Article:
I’m a runner…
I am a runner, not the kind that ties on overpriced Nike’s and hits the pavement, but the kind of runner that when the going gets tough, well I get going, “right on out the door,” out of the relationship, out of the pain, out of the hard. The enemy knows this about me, he not only knows it, he relishes in it. The enemy knows if he can place doubt, conflict, and pain in my heart I will run. I am not a fighter and the enemy uses it to separate me from the goodness, the joy, and the life giving assurance of God’s grace.
Sometimes I feel the whispers that I am too broken to stop running, sometimes I don’t feel grace surrounding me. Sometimes I wonder why I don’t ALWAYS feel the joy of Christ within me.
I see the women at church with their hands held high in praise during worship, the women who look as if the love of Jesus is literally lighting their faces. I think why can’t I do that, why can’t I hold my hands high? Why do I just gently sway back and forth with quiet sound? Why don’t I have their joy? The enemy whispers to my heart, “Because you are too broken.” I ache to be the woman with her hands held high and her voice shouting in praise but instead I “run” — I quietly worship in the back where there are no eyes around to see me. I sit back wondering will I ever have the obvious light these women have? The enemy tells me I won’t, I will always be too broken and I should run.
The enemy has the distinctive way of knowing exactly how I feel less than and whispering to my heart how my failures are bigger than God’s grace.
Lies I sometimes believe. I never doubt God’s existence but I have doubted His grace for me. There have been times I doubted His grace so ardently that I stopped going to church, I stopped praying. The enemy made me think “Who am I to call upon God, when I have failed Him?”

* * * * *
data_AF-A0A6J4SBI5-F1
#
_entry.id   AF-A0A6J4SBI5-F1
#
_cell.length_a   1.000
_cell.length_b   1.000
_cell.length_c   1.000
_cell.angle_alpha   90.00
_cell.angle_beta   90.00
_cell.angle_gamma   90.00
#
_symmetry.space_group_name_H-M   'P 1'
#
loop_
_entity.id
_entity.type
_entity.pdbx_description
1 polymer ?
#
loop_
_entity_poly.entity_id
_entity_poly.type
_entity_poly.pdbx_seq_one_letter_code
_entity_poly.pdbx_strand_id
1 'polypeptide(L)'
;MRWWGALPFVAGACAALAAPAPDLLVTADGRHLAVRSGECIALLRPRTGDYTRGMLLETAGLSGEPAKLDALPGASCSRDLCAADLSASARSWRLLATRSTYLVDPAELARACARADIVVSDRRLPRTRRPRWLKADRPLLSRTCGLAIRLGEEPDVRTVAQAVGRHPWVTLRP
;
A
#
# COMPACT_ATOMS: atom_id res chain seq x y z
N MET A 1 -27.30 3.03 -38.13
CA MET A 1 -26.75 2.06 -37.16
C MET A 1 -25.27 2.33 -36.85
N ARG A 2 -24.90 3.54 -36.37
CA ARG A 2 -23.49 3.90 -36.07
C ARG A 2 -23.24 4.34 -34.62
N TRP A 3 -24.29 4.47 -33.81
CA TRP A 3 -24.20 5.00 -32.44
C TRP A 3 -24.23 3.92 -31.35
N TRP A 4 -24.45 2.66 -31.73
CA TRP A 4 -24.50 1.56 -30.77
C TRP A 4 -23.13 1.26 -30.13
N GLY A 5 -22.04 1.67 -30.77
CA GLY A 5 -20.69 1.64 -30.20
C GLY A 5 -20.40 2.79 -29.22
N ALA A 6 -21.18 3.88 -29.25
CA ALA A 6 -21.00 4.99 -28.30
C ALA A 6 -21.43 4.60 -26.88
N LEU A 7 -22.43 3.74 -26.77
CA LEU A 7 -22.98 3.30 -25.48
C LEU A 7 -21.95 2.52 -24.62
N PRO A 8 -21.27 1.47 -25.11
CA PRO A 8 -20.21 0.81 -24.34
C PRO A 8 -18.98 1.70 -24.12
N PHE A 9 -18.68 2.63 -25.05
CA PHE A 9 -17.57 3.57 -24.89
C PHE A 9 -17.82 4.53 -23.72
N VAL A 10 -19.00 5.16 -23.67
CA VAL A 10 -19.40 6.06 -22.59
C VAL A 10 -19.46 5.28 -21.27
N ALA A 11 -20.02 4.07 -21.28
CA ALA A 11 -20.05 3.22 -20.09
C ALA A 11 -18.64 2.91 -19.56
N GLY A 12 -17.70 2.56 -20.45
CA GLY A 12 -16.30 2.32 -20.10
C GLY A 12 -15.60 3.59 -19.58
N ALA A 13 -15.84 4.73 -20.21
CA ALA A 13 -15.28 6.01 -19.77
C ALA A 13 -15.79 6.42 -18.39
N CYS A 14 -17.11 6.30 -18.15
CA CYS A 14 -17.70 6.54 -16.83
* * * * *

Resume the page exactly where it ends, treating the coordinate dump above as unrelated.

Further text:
Thirteen years as a Christian and I am still running, still finding myself feeling less than. When these emotions try to overtake me and the enemy whispers to me, “You will never be enough for God,” I remember the cross and the criminal there with Jesus. The criminal did little before the cross to be in “good graces” with God. I imagine he spent his life in brokenness, lying, cheating, and stealing. He hung there in conviction, with no chance for redemption.
The criminal hung on the cross a sinner—asking Jesus in his last hours to remember him.
The criminal hung there in belief that redemption was hanging next to him.
Jesus said to him, “Today you will be with me in paradise.” This statement is so small but holds so much weight. The thief had no chance at goodwill or actions of redemption. His life ended when he was placed on the cross. The criminal had no ability to offer an apology to those he had lied, he had no chance to return the things he stole, he had zero opportunity to rectify his wrongs, earthly redemption was not offered to him, but heavenly redemption was. Earthly redemption didn’t matter—grace is not earned.
You cannot run away from it nor can you run to it.
Redeeming grace is free and always with you.
Jesus shows us just how free it is when he tells the criminal on the cross, “Today you will be with me in paradise.”
I want to stop running and remember God’s grace is enough to redeem everything.